Selected Poems, 1968-1996 (Paperback)

Selected Poems, 1968-1996 By Joseph Brodsky, Ann Kjellberg (Editor) Cover Image

Selected Poems, 1968-1996 (Paperback)


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Joseph Brodsky spent his life advocating for the place of the poet in society. As Derek Walcott said of him, “Joseph was somebody who lived poetry . . . He saw being a poet as being a sacred calling.” The poems in this volume span Brodsky’s career, which was marked by his expulsion from the Soviet Union in 1972. Together, they represent the project that, as Brodsky said, the “condition we call exile” presented: “to set the next man—however theoretical he and his needs may be—a bit more free.”

This edition, edited and introduced by Brodsky’s literary executor, Ann Kjellberg, includes poems translated by Derek Walcott, Richard Wilbur, and Anthony Hecht, as well as poems written in English or translated by the author himself. Selected Poems, 1968-1996 surveys Brodsky’s tumultuous life and illustrious career and showcases his most notable and poignant work as a poet.

Joseph Brodsky (1940-1996) came to the United States in 1972, an involuntary exile from the Soviet Union. He received the Nobel Prize in Literature in 1987 and served as Poet Laureate of the United States in 1991 and 1992.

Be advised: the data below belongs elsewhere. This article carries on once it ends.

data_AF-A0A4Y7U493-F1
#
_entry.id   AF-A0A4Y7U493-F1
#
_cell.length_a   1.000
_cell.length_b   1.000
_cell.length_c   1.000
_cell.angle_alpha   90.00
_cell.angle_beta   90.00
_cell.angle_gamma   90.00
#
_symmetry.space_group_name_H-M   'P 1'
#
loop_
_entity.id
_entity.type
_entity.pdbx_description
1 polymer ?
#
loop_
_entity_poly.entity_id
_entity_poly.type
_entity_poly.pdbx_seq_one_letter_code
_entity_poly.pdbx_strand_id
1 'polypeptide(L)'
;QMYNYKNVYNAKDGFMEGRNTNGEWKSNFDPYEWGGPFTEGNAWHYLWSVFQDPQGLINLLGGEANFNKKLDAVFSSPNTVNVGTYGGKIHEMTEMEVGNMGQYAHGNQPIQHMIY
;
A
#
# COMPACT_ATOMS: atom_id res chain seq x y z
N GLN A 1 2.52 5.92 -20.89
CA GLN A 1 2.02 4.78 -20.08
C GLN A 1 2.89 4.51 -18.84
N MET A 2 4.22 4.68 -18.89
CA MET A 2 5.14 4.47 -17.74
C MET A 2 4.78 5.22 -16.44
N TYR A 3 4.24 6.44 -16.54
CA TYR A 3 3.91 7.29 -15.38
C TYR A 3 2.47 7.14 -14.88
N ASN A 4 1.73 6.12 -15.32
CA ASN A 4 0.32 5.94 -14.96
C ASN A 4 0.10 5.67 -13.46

Ann Kjellberg is the literary executor of Nobel Laureate Joseph Brodsky and the editor of his Selected Poems: 1968-1996, Collected Poems in English, and Nativity Poems. She is also the founding editor of the book reviewing newsletter Book Post.
Product Details ISBN: 9780374600365
ISBN-10: 0374600368
Publisher: Farrar, Straus and Giroux
Publication Date: May 12th, 2020
Pages: 192
Language: English

"We are given the opportunity to observe Brodsky's path of experimentation and discovery. It's not a clean journey, and the full scope of Brodsky’s work still eludes English readers, but the collection provides a new opportunity to understand his aesthetic concerns through his aesthetic decisions — to get a better handle on an uncompromising poet through the compromises he makes." —Tyler Dunston, Los Angeles Review of Books

"Kjellberg is challenging those who chafed at Brodsky’s risky rhymes and questionable diction. She sidesteps their judgement deftly in order to bring the poet into a more urgent contemporary debate: he becomes one of many whose outsider’s view of English has pressed the language into unexpected and innovative shapes." —Stephanie Sandler, The Times Literary Supplement